Palatal Paradise: Pairing California Wine with Food

Wine Country Food—a trio of words that conjures up an image of everything that’s right with the world.

It’s a world filled with freshness: backyard flavors at their seasonal tip-top washed down with just-poured sips ofCalifornia’s finest nectars.  And (it must be said) it’s also the LeftCoast’s take on a mentality that’s grown up with the fad popularity of regional cuisine.  Clever marketing has made the concept of ‘wine country food’ on a par with such American standbys as Cajun and Southwestern cuisine.

Still, canny Californians have always made a habit of avoiding the rules.  Some wine country chefs embrace the idea of ‘wine country food’ as a culinary philosophy; others refuse to be pigeonholed.  What’s clear, however, is that throughout California, the very best cooking is done using locally grown, ultra-fresh, hand-raised products, and these have become far more diversified over the generations as various ethnic populations have moved in, passed through, or hung around to nurture their own American dream, planting, encouraging and harvesting items indigenous to their homelands.  Arguably, in the aggregate, the wealth of available edibles—from seafood to livestock to farmer’s market produce—is better in California than anywhere else in the world.

A single overriding concept appears to animate the best of the wine country chefs.  That is:  Let the integrity of the ingredients dictate all. 

Wine country is, quite simply, a paradise for the palate.

When you tack on the casual elegance and relaxed refinement of wine country’s roster of superb, cutting-edge establishments (Madrona Manor, Carlton Hotel, Calistoga Ranch. Hotel Healdsburg; all first among equals) you’ll find that these slices of fertile hillsides, resplendent with vineyards and pastures and multicolored fields, has in many ways redefined American cuisine.

Chef Jeffery Madura is among those at the forefront of the wine country movement, especially in its 21st century interpretation.  And rightly so; he’s the executive chef for John Ash & Company; one of Sonoma’s top restaurants.  Ash, of course, is the visionary chef whose book From the Earth to the Table (Dutton 1996), effectively put upon the map the notion that wine country lent itself to such a vital, important, and unique a regional cuisine that it deserved it’s own placemat on the world’s culinary table.  The internationally renowned Ash comments: “Wine country cuisine came very naturally, it has always been about great local seasonal foods with an eye to its connection to wine.”

Of late, Ash has handed a major portion of his day-to-day culinary baton over to Madura, whose eloquent passion for gastronomy in general—and wine country cuisine in specific—peppers his every conversation.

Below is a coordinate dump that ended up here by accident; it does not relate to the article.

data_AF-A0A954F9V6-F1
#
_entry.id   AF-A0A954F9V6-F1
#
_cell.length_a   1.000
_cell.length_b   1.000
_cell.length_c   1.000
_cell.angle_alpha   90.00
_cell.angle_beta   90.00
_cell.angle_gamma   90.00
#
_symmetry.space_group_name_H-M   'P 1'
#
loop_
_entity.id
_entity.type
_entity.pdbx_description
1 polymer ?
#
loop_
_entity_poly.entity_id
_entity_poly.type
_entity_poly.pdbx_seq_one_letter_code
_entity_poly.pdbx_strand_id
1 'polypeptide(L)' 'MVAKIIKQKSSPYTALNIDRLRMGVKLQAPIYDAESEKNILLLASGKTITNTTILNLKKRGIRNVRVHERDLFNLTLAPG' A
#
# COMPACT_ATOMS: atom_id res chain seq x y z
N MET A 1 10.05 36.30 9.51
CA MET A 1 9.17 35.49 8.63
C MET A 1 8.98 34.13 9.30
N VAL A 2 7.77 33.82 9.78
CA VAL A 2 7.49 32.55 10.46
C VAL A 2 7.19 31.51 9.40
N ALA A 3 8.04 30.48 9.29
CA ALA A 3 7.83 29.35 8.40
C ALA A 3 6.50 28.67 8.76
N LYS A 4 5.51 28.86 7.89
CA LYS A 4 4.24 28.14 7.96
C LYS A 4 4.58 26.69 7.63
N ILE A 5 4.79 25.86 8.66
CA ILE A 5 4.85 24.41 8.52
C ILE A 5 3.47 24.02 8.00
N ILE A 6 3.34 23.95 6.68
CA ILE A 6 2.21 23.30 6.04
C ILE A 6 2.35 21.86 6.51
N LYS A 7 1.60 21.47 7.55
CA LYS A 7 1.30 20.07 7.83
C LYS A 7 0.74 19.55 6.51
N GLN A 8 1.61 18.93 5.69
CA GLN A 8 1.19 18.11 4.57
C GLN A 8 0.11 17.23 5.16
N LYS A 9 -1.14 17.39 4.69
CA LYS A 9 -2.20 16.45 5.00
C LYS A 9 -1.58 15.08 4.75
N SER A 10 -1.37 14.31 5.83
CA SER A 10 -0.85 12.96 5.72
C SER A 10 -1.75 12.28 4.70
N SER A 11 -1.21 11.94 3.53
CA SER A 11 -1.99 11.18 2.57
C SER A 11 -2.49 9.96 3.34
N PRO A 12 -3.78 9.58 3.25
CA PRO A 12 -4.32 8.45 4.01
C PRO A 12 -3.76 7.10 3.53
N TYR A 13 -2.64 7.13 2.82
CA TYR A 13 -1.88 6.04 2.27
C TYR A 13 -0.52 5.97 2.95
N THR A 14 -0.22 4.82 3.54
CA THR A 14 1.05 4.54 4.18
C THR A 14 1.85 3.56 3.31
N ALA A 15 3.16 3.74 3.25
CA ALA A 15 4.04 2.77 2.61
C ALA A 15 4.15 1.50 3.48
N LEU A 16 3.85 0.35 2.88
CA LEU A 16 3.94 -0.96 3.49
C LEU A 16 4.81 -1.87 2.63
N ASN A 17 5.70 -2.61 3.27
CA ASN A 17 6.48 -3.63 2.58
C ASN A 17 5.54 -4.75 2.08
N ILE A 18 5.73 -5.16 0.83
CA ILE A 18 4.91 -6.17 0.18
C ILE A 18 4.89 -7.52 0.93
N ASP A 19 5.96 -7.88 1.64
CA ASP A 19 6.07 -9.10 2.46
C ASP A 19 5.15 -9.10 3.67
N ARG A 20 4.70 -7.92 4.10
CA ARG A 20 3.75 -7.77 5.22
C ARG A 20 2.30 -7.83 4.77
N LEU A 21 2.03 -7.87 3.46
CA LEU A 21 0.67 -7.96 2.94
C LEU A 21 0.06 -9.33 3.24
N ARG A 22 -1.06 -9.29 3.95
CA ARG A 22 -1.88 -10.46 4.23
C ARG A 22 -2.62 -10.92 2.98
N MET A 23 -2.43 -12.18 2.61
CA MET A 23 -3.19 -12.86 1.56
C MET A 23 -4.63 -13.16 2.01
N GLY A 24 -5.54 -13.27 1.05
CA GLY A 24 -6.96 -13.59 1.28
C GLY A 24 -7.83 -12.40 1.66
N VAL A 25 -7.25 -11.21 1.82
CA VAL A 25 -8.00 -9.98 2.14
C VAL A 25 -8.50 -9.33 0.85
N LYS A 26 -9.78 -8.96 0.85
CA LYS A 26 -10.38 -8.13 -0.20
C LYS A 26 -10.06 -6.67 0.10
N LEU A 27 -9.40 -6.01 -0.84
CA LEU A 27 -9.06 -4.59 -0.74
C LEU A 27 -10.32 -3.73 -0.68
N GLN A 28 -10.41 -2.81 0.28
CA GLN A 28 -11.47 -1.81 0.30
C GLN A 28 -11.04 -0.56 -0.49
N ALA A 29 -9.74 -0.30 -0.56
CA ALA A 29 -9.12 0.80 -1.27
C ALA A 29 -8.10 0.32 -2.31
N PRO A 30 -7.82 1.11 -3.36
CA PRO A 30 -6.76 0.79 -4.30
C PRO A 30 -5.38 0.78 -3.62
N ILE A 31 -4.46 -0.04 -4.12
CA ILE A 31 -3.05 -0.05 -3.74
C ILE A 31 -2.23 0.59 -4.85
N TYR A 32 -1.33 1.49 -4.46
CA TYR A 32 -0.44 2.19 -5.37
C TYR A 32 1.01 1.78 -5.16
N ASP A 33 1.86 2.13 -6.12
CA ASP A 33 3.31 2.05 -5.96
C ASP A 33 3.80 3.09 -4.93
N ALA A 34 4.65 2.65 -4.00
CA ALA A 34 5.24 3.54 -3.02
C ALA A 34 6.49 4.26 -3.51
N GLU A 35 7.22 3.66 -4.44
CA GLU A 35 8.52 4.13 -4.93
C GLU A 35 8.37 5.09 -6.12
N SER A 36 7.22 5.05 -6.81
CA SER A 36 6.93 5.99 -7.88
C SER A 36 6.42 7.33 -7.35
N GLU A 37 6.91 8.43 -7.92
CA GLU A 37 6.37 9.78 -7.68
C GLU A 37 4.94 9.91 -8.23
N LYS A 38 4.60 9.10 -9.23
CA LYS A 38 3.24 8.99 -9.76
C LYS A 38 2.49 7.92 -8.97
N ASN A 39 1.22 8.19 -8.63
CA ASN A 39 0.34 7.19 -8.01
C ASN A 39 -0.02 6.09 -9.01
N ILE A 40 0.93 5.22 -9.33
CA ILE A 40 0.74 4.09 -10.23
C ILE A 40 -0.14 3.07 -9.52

Says Madura:  “Chefs in Northern California tend to be a little spoiled.  Here, you can find microclimates to raise anything, from world-class grapes, to cattle, to an unbelievable bounty of heirloom produce. Napa set the original standard for superb wine in this country; below that you have Marin county, a sensational agricultural base.  And of course, there’s the ocean with its array of seafood.  Here in Sonoma, we’re the center of the diamond. Sonoma gives clarity and brilliance to what wine country is all about.”

Madura is equally passionate about the flesh-and-blood side of the industry—the farmers and the fishermen—and has strong moral feelings about ethical and sustainable food issues.    At John Ash & Co., the emphasis is both upon products that keep the locals employed and humanely raised products.  Madura also brings to the table a sound foundational knowledge of wine, and is fascinated with the nuances of matching a menu item to a specific varietal.

“Recently,” he shares, “we served a sweet potato ravioli alongside Iron Horse Russian River Pinot Noir.  I added a little curry in order to transfer flavors back and forth, food to wine, and both tasted better.  I love food, but my primary goal as a wine country chef is to bring out the best qualities in a given wine, even if I have to change my recipes to enhance the wine.  I’ll add textures, acids, crunchiness; whatever it takes to balance and improve the food/wine equation.

Equally passionate about food and wine is Chef Richard Dickson of the Harvest Café at Napa Valley Marriott Hotel & Spa—though he’s a little less sold on the whole idea that ‘wine country food’ is a specific and definable commodity.

He says, “The term ‘wine country cuisine’ has always sounded a little limiting to me; I try to do things with a bit more of an eclectic edge. California cooking is all about freedom.”

And when Chef Richard speaks, you listen; physically, he’s a somewhat intimidating presence.  Not many chefs entered the profession via professional football, but Dickson found his true calling only after having been drafted (and ultimately cut) by the Seattle Seahawks.  His ability on the gridiron was matched by his prowess in the kitchen, and his forward trajectory in the restaurant business took him from a dishwasher to a head chef within a couple of months.  It helped, no doubt, that his family was in the wine and farming business (Star Hill grapes are part of his folks agricultural spread), and he brings to his kitchen an innate sense of what’s growing on.  He’ll interact with farmers, agents, and producers countless times a week to get the penultimate of fresh ingredients and match them with the perfect wine.

And that’s the essence of wine country cuisine, isn’t it?  The synergy and interaction of culinary riches, glass and plate, grub and grape, field and four fingers of, say, Ferrari Carano?

Succeed at that, and you have a marriage made in wine country.

 

 

For information on touring California wine country:  http://www.WineCountryTours.org

 

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